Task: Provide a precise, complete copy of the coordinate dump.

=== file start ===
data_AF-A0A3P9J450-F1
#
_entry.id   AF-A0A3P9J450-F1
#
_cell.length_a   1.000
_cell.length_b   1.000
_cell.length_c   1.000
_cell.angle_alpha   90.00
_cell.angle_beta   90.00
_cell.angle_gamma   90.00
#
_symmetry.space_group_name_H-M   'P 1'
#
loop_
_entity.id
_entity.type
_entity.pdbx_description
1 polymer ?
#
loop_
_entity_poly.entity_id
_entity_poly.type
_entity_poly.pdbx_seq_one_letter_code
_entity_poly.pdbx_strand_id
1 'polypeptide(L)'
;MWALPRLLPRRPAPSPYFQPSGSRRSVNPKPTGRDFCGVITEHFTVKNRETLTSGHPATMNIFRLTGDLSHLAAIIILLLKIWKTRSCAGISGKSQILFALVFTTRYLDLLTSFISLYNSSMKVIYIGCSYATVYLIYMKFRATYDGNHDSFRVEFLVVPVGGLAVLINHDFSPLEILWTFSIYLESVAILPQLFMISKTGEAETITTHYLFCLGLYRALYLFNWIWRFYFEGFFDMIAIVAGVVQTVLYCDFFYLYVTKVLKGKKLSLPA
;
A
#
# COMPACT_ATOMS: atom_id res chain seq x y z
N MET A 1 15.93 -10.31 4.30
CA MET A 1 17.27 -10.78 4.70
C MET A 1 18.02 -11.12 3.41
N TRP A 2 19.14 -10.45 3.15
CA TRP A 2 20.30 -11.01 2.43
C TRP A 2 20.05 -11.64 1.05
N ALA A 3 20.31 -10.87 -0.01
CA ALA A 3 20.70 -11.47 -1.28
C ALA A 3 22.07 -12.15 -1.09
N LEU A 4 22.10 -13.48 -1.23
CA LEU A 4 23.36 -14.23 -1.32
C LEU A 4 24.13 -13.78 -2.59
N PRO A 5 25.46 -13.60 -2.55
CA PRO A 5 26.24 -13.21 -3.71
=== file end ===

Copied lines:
data_AF-A0A3P9J450-F1
#
_entry.id   AF-A0A3P9J450-F1
#
_cell.length_a   1.000
_cell.length_b   1.000
_cell.length_c   1.000
_cell.angle_alpha   90.00
_cell.angle_beta   90.00
_cell.angle_gamma   90.00
#
_symmetry.space_group_name_H-M   'P 1'
#
loop_
_entity.id
_entity.type
_entity.pdbx_description
1 polymer ?
#
loop_
_entity_poly.entity_id
_entity_poly.type
_entity_poly.pdbx_seq_one_letter_code
_entity_poly.pdbx_strand_id
1 'polypeptide(L)'
;MWALPRLLPRRPAPSPYFQPSGSRRSVNPKPTGRDFCGVITEHFTVKNRETLTSGHPATMNIFRLTGDLSHLAAIIILLLKIWKTRSCAGISGKSQILFALVFTTRYLDLLTSFISLYNSSMKVIYIGCSYATVYLIYMKFRATYDGNHDSFRVEFLVVPVGGLAVLINHDFSPLEILWTFSIYLESVAILPQLFMISKTGEAETITTHYLFCLGLYRALYLFNWIWRFYFEGFFDMIAIVAGVVQTVLYCDFFYLYVTKVLKGKKLSLPA
;
A
#
# COMPACT_ATOMS: atom_id res chain seq x y z
N MET A 1 15.93 -10.31 4.30
CA MET A 1 17.27 -10.78 4.70
C MET A 1 18.02 -11.12 3.41
N TRP A 2 19.14 -10.45 3.15
CA TRP A 2 20.30 -11.01 2.43
C TRP A 2 20.05 -11.64 1.05
N ALA A 3 20.31 -10.87 -0.01
CA ALA A 3 20.70 -11.47 -1.28
C ALA A 3 22.07 -12.15 -1.09
N LEU A 4 22.10 -13.48 -1.23
CA LEU A 4 23.36 -14.23 -1.32
C LEU A 4 24.13 -13.78 -2.59
N PRO A 5 25.46 -13.60 -2.55
CA PRO A 5 26.24 -13.21 -3.71